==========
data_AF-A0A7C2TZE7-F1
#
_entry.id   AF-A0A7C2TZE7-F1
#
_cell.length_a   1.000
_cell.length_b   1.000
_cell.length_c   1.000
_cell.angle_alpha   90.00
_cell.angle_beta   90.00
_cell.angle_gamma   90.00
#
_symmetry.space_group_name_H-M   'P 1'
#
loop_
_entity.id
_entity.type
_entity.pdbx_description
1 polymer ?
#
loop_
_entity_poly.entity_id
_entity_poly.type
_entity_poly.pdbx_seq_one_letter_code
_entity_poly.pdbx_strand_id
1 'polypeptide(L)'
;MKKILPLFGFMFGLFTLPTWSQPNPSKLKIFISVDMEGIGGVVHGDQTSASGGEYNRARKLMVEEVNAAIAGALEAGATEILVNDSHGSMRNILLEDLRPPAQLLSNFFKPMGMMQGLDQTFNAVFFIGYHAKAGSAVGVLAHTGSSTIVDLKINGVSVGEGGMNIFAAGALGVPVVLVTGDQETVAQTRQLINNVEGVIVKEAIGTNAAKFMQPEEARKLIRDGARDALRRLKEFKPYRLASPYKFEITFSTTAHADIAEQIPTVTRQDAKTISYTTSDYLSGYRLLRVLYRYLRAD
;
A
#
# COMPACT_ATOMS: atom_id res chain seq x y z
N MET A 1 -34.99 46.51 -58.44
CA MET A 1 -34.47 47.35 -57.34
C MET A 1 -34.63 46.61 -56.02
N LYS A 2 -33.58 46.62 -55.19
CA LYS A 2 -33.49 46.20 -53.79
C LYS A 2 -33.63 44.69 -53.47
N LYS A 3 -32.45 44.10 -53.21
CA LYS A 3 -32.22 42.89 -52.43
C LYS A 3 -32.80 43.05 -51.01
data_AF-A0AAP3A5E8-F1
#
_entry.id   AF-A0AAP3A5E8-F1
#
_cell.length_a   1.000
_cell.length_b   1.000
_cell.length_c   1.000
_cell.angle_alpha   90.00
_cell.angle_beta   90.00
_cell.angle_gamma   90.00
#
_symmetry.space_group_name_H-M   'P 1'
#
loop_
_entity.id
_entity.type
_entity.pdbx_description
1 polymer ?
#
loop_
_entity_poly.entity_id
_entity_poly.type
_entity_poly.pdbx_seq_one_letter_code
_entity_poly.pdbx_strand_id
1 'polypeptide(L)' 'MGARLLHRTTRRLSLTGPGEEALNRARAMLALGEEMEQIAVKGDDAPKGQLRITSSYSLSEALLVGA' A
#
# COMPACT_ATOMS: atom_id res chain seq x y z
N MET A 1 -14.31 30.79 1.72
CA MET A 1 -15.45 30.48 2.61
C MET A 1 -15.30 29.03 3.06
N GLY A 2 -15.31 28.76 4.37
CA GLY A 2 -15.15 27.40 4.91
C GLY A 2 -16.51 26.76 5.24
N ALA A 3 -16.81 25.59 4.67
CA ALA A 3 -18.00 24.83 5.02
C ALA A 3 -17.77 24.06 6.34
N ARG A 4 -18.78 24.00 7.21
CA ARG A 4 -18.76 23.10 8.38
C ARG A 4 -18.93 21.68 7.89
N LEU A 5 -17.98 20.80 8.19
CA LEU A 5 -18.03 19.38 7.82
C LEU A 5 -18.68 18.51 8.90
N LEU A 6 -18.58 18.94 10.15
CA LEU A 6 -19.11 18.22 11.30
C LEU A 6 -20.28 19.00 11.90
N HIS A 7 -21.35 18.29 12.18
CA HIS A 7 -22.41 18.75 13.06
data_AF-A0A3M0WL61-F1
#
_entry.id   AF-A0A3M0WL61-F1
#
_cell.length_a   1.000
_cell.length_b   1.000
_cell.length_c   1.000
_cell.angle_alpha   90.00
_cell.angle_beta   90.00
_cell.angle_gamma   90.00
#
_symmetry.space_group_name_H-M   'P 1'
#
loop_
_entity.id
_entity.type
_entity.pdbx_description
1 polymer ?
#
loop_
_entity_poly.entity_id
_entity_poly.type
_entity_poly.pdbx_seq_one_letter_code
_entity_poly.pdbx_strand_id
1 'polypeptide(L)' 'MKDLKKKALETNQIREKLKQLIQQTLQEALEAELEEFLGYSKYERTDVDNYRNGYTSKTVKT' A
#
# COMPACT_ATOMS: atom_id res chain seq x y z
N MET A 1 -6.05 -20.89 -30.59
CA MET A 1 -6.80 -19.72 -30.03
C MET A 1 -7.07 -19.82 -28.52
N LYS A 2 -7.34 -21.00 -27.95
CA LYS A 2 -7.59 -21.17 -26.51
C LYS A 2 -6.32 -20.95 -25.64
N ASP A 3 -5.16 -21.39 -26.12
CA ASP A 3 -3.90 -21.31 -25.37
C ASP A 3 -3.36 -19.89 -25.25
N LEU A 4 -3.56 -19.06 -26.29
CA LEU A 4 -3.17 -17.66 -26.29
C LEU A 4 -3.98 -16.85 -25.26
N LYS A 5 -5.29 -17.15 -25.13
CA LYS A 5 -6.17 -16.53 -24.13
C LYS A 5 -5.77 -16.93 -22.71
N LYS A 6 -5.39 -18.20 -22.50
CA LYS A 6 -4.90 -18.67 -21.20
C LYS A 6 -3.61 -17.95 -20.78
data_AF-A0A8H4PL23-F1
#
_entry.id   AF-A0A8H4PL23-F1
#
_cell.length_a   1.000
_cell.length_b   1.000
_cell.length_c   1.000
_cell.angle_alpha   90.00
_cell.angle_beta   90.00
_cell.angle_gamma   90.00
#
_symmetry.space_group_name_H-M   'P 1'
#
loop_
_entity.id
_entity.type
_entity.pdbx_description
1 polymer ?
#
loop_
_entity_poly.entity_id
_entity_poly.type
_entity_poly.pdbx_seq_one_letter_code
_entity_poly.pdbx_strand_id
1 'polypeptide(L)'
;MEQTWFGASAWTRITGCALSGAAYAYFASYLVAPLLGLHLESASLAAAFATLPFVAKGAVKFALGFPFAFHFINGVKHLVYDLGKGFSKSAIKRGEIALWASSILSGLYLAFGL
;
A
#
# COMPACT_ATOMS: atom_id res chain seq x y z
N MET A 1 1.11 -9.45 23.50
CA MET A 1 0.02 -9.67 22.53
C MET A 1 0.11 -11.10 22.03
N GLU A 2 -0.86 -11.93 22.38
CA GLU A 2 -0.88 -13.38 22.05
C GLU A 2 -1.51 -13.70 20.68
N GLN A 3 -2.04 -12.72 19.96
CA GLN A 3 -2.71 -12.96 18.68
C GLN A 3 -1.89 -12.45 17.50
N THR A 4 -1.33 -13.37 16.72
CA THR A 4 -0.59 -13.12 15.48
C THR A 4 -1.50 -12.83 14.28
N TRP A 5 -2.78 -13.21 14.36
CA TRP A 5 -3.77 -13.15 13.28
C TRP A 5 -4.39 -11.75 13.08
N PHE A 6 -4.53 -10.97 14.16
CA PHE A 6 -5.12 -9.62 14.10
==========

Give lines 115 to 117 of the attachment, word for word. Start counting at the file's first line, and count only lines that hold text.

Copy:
CA MET A 1 -6.80 -19.72 -30.03
C MET A 1 -7.07 -19.82 -28.52
N LYS A 2 -7.34 -21.00 -27.95